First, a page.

The scientific method is a fundamental tool for the life of the democratic method. Today, we find ourselves in the midst of processes that have a huge impact on anthropology itself, such as revolutions in the field of digital or genomic technologies. If one wants to prevent that the democratic method is overwhelmed by external enemies and from more insidious internal enemies – populism, technocracies and other forms of power that only appear to be democratic – one must turn to science as well; it is necessary that the dialogue with politics reaches its full potential.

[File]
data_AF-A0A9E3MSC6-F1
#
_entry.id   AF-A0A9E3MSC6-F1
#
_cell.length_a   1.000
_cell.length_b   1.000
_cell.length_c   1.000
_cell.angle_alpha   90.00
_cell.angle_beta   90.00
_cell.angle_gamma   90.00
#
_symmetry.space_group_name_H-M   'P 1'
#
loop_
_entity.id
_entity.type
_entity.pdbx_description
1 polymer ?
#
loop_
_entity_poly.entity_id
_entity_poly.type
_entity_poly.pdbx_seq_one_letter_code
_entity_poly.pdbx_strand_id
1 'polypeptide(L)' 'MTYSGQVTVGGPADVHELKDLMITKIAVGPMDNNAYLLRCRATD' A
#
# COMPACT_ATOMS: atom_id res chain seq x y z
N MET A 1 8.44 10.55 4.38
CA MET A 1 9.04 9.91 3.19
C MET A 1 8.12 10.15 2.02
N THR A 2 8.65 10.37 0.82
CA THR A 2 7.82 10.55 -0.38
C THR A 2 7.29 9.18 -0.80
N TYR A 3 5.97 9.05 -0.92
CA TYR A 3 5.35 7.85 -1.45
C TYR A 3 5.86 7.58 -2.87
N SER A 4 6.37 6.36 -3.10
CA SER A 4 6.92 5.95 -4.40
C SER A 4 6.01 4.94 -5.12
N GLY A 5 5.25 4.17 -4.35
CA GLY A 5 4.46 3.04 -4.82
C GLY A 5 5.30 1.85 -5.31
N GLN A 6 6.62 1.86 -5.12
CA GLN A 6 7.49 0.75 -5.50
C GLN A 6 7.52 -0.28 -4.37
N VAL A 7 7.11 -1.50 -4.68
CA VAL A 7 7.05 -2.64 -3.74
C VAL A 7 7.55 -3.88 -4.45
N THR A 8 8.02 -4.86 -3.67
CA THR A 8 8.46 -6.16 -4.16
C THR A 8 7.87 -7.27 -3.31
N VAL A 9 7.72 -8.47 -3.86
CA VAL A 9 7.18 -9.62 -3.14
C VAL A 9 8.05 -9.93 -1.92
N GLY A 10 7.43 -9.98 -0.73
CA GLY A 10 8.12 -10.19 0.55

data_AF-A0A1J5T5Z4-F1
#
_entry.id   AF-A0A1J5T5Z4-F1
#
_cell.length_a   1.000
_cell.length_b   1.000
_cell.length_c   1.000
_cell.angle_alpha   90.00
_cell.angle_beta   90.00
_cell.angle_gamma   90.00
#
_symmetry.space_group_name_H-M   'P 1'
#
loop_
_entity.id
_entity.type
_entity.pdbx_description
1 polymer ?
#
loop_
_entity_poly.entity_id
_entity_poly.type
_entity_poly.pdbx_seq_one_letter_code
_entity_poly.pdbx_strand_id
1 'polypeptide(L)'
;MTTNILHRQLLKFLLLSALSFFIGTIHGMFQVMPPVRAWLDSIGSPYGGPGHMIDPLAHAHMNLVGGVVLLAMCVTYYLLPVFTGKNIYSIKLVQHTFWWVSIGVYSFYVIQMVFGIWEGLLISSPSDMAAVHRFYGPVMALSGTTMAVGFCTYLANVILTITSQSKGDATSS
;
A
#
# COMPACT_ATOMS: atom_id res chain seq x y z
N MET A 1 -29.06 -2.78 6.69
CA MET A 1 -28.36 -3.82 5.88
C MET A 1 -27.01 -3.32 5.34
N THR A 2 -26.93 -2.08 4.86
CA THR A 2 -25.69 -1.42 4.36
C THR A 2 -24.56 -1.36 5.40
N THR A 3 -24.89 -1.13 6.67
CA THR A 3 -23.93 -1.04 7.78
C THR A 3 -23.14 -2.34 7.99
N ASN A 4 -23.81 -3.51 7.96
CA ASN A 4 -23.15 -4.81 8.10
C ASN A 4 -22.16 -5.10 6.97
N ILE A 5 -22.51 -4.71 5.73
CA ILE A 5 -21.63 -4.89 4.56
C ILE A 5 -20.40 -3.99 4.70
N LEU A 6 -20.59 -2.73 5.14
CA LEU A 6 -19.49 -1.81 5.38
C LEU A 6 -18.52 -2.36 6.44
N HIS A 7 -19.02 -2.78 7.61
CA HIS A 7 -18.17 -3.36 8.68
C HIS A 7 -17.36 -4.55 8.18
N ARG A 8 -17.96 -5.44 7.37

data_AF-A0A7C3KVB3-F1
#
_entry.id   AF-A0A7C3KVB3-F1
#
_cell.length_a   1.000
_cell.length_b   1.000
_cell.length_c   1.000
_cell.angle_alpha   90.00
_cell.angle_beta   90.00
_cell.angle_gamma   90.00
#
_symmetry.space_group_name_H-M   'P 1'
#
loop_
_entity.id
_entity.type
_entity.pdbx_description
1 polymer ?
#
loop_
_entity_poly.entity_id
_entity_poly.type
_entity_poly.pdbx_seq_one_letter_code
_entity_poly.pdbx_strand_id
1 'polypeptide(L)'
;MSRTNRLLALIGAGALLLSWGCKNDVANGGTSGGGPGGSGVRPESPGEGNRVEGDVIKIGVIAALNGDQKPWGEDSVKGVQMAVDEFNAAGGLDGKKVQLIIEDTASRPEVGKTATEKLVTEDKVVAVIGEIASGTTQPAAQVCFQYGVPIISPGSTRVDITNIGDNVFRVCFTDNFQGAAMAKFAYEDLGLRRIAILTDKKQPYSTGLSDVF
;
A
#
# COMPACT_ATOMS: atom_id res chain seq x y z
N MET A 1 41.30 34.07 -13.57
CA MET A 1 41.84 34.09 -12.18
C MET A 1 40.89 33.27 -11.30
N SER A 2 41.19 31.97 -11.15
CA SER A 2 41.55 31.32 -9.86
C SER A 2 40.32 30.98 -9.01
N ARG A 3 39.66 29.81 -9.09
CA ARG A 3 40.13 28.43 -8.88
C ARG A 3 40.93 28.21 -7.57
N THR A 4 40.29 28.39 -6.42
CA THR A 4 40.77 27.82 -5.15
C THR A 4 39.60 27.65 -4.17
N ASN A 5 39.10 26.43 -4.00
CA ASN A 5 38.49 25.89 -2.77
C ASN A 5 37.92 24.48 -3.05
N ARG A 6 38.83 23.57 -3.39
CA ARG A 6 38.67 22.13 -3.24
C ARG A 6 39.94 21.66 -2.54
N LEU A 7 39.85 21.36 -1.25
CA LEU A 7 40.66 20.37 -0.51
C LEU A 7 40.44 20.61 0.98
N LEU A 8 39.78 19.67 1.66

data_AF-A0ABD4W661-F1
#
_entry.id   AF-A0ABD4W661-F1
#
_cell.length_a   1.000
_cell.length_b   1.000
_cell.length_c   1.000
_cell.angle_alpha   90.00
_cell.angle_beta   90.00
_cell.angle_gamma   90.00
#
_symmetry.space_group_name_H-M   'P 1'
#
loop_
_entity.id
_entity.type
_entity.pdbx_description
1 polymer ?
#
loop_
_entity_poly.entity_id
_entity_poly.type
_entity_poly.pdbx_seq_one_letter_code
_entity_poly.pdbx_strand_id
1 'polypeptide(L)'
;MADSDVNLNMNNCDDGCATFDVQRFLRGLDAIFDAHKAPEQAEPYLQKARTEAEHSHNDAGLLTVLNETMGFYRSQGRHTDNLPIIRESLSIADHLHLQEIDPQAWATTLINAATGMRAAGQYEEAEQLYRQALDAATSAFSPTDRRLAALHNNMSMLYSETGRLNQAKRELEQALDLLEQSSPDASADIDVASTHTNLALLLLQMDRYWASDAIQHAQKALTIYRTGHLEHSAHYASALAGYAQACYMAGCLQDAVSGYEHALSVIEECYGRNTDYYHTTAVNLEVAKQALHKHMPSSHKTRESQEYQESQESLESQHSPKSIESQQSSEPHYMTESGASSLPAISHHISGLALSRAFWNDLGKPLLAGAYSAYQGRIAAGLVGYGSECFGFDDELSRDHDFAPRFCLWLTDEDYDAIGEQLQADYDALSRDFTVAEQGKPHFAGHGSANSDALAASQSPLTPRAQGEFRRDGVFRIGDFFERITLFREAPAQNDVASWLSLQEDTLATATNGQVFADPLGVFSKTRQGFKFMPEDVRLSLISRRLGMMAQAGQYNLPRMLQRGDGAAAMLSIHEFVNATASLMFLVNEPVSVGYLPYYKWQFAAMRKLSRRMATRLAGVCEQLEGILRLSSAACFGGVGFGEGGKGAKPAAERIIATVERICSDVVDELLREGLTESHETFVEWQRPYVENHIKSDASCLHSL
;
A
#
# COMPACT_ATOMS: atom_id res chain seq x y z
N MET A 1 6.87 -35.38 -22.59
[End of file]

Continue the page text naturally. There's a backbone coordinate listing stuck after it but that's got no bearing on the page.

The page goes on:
The Third Session of the World Congress is convened with the objective of bridging the gap between science and politics, highlighting the contribution that science can positively provide to strengthen individual freedoms and democratic institutions. Science must, above all, help the decision-making process to be based on facts. Without leaving room for absolute Truths and by opposing any form of ideological manipulation of reality, as often happens on the most controversial issues (from stem cells to animal testing). New frontiers of research can provide knowledge and tools that can help govern the polis in every field, from medicine to the environment. The affirmation of the supremacy of law and the effective democratic participation can draw further strength from scientific discoveries.